Bad editing

I was interested to read a recent review of Nadine Gordimer’s latest novel, No Time Like the Present. Hannah McGill in Scotland on Sunday said that Gordimer’s writing often tips into ‘straight-up incomprehensibility’. And there was the speculation that her copy-editor may have been too intimidated to point out ‘horrible bits of phrasing’.

There is probably truth in this. Gone are the days of the Diana Athills of the editing world. These days, the commissioning editor will have too much time taken up with budgets, covers, publicity, contracts, and rights issues to spend an adequate number of hours on the MS. These individuals have the necessary chutzpah to tackle an author on the hiccups in their manuscript, but beyond making a few ‘big picture’ comments they clearly are very often not doing enough. The freelance copy editor may well not have the quality of relationship with the author to tackle them so boldly. (Incidentally, in the States, many more commissioning editors still edit their manuscripts, and that way the quality – and relationship – is better preserved.)

Books are being published with an increasingly short lead time. Both the commissioning editors and freelance copy editors are invariably horribly pressed for time, and the freelancer will be encouraged to work hell-for-leather for a flat fee. It is no wonder that standards have slipped.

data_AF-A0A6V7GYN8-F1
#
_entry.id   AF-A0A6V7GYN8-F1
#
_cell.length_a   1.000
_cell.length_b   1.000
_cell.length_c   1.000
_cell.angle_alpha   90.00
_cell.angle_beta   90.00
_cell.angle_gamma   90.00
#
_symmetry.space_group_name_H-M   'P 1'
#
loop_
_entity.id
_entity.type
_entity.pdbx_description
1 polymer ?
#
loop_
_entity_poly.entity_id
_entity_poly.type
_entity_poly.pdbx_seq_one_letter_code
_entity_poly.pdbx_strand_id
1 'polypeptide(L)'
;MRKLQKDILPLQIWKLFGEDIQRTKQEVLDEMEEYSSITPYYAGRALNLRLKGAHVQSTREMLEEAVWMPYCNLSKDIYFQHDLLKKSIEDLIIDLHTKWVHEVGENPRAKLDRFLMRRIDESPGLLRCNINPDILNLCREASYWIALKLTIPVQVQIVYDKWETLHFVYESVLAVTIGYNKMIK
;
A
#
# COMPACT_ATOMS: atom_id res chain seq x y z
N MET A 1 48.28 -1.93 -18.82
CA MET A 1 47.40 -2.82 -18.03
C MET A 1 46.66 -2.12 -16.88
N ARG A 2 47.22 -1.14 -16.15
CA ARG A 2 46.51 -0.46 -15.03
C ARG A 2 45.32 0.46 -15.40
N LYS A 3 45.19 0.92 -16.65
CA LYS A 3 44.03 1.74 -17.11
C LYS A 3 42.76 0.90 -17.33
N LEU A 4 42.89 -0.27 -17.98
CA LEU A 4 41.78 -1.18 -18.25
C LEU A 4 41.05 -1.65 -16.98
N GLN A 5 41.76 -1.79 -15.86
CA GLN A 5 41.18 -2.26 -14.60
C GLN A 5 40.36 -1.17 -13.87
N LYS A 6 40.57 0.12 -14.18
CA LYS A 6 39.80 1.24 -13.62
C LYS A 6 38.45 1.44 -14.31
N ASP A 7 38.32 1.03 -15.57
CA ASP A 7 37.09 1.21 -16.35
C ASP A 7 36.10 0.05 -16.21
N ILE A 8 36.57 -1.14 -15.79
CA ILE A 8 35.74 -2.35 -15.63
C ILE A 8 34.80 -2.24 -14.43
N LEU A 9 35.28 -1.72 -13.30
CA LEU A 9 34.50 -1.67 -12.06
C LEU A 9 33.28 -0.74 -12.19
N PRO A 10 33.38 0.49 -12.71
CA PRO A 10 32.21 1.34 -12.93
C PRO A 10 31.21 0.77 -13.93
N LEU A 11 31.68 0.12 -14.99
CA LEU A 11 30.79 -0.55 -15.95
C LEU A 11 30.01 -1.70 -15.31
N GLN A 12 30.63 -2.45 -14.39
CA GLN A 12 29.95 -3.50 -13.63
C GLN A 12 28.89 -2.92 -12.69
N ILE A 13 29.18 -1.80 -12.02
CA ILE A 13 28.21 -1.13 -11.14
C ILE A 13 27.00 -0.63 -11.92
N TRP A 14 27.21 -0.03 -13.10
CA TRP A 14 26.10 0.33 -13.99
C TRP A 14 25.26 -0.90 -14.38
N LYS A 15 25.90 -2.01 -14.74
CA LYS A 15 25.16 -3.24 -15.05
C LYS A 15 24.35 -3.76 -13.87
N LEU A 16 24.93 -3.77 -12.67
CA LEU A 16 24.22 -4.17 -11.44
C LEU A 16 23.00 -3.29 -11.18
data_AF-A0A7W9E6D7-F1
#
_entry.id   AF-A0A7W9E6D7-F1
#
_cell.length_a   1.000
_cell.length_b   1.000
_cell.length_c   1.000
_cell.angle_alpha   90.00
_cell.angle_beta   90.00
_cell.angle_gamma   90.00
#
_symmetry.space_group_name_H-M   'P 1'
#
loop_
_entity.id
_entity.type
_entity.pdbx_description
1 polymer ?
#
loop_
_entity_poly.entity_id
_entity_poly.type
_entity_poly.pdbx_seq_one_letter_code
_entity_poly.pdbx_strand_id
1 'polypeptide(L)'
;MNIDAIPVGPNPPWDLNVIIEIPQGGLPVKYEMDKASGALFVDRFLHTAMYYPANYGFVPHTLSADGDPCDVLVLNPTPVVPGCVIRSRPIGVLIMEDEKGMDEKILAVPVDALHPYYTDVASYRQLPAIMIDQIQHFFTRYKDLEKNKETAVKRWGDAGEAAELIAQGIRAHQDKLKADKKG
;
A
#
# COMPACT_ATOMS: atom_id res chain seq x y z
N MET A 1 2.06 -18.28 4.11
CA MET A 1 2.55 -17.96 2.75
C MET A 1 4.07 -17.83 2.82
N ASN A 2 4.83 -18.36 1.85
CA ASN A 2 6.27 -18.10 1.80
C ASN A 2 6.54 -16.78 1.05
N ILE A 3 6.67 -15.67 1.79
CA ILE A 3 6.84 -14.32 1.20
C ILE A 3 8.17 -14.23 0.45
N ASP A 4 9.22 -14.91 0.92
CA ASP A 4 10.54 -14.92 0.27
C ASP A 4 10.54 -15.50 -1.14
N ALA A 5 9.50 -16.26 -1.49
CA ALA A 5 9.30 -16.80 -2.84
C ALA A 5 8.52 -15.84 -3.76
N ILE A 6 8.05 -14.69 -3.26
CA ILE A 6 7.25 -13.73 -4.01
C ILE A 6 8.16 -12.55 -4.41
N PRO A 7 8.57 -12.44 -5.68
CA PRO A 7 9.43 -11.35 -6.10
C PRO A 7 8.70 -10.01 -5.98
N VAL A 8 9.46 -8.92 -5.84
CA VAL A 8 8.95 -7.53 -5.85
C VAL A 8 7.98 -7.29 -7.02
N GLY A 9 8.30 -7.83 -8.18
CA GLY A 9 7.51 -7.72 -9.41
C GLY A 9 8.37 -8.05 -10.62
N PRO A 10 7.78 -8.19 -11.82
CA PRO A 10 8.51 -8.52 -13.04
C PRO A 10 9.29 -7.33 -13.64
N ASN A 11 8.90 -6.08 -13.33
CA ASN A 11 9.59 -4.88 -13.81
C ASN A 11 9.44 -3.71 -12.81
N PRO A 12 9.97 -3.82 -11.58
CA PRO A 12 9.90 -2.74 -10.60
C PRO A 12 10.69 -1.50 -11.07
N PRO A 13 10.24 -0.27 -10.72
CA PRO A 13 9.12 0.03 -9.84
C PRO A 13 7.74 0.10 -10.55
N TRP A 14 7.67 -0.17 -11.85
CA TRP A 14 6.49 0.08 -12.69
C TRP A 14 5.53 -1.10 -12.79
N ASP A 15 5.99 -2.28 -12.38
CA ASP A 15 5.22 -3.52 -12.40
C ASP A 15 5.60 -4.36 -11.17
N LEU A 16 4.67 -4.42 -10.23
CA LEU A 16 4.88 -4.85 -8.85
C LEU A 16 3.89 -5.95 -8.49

It is fairly well-known that Lord of the Flies started out as a religious fable, and a much longer novel. It was turned down by numerous publishers before a Faber editor got his pruning shears out. In the case of The Girl with the Dragon Tattoo, I have often asked myself whether the editor was smoking weed when he/she should have been doing the weeding. (Do we need to have such a long inventory of every piece of IKEA furniture the Girl buys for her flat?) And one can only speculate why the first Harry Potter was so short when the later volumes were as big as phone directories. (Did an editor prune vigorously before Ms Rowling became famous, giving up – and doffing their cap – later on?)

Wanda Whiteley, former Publishing Director at HarperCollins, is Founder and Editor-in-Chief of, a literary consultancy

About manuscriptdoctor

Wanda Whiteley is Founder and Editor-in-Chief of
This entry was posted in Uncategorized. Bookmark the permalink.

Leave a Reply

Fill in your details below or click an icon to log in: Logo

You are commenting using your account. Log Out /  Change )

Google photo

You are commenting using your Google account. Log Out /  Change )

Twitter picture

You are commenting using your Twitter account. Log Out /  Change )

Facebook photo

You are commenting using your Facebook account. Log Out /  Change )

Connecting to %s